On March 21, 2024, the Federal Deposit Insurance Corporation (“FDIC”) issued its proposed Statement of Policy on Bank Merger Transactions (the “Proposal”) for public comment. The Proposal seeks to update guidance, last amended in 2008, on how it will evaluate bank merger transactions with respect to competition, financial resources, the convenience and needs of communities, financial stability, and money laundering. Included in the Proposal is a requirement that non-compete agreements cannot be enforced against impacted employees in certain types of transactions.

The Proposal provides that, where a merger is conditioned on divestitures, the FDIC will generally require that the selling bank neither enter into non-compete agreements with employees of divested entities, nor enforce existing non-compete agreements against those employees. As stated in the Proposal, the rule intends to “promote the ongoing competitiveness of the divested business lines, branches, or portions thereof.” The FDIC will also expect that divestiture, which is used as a tool to mitigate anti-competitive effects, be completed before it will allow the merger to be consummated. The impact of the Proposal will also extend to credit unions, as FDIC noninsured entities, to the extent a merger application is between an insured depository institution and a credit union. Interested parties may submit comments until 60 days after the Proposal’s publication in the Federal Register.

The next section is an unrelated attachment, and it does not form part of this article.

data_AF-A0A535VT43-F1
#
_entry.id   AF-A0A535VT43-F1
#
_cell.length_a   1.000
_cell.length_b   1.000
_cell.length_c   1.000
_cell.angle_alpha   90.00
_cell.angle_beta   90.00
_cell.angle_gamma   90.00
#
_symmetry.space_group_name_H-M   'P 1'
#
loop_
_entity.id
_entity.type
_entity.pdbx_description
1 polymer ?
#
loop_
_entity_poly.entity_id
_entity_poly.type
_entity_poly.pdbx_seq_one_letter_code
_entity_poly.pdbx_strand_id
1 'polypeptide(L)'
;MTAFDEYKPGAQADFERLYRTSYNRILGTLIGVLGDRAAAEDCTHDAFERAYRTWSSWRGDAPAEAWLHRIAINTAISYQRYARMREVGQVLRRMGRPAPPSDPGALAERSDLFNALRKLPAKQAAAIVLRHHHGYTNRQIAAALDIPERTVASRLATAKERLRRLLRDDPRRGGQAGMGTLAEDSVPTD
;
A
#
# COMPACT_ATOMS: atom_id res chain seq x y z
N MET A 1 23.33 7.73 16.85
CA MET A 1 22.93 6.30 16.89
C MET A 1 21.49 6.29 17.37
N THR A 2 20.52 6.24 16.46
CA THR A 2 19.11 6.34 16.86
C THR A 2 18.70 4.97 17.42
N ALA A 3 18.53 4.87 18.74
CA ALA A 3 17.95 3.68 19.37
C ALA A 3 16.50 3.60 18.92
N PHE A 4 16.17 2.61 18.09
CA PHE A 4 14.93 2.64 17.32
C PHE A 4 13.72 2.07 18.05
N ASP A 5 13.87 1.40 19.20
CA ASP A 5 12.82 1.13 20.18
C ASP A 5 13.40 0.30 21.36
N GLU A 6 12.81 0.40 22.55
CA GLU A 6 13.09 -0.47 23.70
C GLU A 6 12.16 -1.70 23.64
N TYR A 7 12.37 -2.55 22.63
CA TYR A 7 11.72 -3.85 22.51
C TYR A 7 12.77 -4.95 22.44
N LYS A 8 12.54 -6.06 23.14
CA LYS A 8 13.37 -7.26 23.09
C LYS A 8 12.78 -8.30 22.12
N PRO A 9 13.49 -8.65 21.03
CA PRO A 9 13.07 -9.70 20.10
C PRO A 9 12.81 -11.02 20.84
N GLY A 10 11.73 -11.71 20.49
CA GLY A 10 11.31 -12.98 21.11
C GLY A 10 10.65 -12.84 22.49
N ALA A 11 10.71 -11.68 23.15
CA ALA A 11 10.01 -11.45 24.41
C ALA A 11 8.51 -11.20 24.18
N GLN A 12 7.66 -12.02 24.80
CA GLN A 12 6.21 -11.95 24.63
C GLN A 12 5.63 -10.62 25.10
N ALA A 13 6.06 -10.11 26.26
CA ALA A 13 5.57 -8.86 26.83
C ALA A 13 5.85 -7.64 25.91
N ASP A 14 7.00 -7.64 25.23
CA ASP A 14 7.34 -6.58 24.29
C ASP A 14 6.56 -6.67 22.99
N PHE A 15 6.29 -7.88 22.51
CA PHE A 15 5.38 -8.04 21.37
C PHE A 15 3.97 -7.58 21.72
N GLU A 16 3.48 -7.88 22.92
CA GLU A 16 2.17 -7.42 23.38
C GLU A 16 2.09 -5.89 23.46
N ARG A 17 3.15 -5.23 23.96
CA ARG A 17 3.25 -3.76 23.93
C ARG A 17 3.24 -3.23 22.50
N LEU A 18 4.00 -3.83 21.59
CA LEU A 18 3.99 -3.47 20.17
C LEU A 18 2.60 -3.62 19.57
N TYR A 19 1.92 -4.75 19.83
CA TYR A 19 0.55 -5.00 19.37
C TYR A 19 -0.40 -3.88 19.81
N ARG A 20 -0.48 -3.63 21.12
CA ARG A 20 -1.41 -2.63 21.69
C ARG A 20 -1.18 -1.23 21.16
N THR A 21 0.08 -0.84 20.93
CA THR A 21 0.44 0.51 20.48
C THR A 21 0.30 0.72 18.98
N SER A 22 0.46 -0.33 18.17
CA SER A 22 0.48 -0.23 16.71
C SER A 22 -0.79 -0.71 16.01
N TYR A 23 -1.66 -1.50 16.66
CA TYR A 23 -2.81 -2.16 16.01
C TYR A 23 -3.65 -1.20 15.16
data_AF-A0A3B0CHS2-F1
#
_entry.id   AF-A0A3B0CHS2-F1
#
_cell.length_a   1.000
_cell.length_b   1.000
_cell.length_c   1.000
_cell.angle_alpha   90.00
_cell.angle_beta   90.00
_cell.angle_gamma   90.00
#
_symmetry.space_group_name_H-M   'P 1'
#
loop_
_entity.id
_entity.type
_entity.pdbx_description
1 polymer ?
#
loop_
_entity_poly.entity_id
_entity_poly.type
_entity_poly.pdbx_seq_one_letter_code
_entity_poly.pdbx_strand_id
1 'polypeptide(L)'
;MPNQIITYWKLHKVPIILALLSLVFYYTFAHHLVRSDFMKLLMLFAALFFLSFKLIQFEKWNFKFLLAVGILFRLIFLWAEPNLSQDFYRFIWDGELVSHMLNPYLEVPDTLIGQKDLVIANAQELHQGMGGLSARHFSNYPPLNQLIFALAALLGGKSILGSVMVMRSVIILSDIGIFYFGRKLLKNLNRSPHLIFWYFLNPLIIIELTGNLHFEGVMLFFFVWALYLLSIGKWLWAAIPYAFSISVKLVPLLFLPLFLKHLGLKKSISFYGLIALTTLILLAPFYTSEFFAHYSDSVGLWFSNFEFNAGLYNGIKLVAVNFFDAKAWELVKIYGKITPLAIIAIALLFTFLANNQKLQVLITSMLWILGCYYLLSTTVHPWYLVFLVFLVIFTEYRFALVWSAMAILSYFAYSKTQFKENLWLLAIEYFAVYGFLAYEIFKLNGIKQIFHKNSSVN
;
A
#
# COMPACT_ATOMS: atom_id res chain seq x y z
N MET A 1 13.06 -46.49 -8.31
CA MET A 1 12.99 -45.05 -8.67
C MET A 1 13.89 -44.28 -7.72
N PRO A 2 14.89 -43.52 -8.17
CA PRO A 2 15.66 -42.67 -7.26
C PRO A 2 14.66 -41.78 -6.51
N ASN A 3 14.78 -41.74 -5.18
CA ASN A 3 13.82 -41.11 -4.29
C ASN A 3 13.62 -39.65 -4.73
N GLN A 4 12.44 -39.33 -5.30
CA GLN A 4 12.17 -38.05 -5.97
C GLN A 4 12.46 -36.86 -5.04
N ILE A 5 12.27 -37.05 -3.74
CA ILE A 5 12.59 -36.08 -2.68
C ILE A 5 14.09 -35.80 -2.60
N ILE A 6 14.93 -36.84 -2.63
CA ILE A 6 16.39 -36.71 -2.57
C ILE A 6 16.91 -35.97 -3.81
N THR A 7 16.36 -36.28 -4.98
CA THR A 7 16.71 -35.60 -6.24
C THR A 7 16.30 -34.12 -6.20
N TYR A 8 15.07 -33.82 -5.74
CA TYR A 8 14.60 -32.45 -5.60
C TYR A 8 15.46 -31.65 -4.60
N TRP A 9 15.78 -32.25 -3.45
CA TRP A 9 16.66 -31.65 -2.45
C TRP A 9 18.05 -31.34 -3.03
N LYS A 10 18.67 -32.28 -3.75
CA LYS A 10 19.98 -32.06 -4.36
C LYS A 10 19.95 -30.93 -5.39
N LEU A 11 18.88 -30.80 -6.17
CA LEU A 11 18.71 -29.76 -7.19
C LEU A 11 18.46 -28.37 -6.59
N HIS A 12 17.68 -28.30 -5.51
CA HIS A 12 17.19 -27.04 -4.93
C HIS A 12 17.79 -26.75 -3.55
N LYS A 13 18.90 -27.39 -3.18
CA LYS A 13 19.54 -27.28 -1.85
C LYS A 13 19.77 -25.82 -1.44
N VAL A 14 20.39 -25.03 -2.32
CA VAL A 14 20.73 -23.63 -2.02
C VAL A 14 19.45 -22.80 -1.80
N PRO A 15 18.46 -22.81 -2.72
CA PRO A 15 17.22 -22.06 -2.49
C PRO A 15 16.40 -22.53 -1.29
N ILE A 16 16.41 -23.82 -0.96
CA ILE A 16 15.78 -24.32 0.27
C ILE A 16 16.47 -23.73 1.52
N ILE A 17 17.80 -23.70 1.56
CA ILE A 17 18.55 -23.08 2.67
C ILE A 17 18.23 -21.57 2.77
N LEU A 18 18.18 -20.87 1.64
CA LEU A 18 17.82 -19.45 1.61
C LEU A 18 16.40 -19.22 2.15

The FDIC is one of the three federal banking regulators with authority to approve bank mergers and is the first among the three to impose such restrictions on the use of non-compete agreements. Though the scope of the proposed non-compete rule is narrow, it bolsters a wider federal effort to promote competition in the labor markets as seen with the Federal Trade Commission’s (“FTC”) proposal to ban non-competes nationwide and the proposed merger guidelines from the FTC and Department of Justice that include heightened scrutiny of a transaction’s impact on labor market competition. As banks are generally exempted from coverage under the FTC, the FDIC’s restriction would complement any ban on non-competes put in place by the FTC by filling a potential gap in coverage. The FTC’s proposed ban on non-competes and the FDIC’s proposed rule limiting the enforcement of non-competes in the banking industry both reflect the federal government’s expansion into an area of labor law that is traditionally governed by state law. It is consistent, however, with a trend in several states toward restricting or entirely prohibiting non-compete agreements in employment agreements.

Ballard Spahr’s Labor and Employment and Banking and Financial Services Teams are prepared to answer questions regarding the complex regulatory environment governing financial services as well as questions regarding non-compete agreements and other types of restrictive covenants. Please contact us if we can assist you in understanding your company’s legal requirements and strategies in these areas.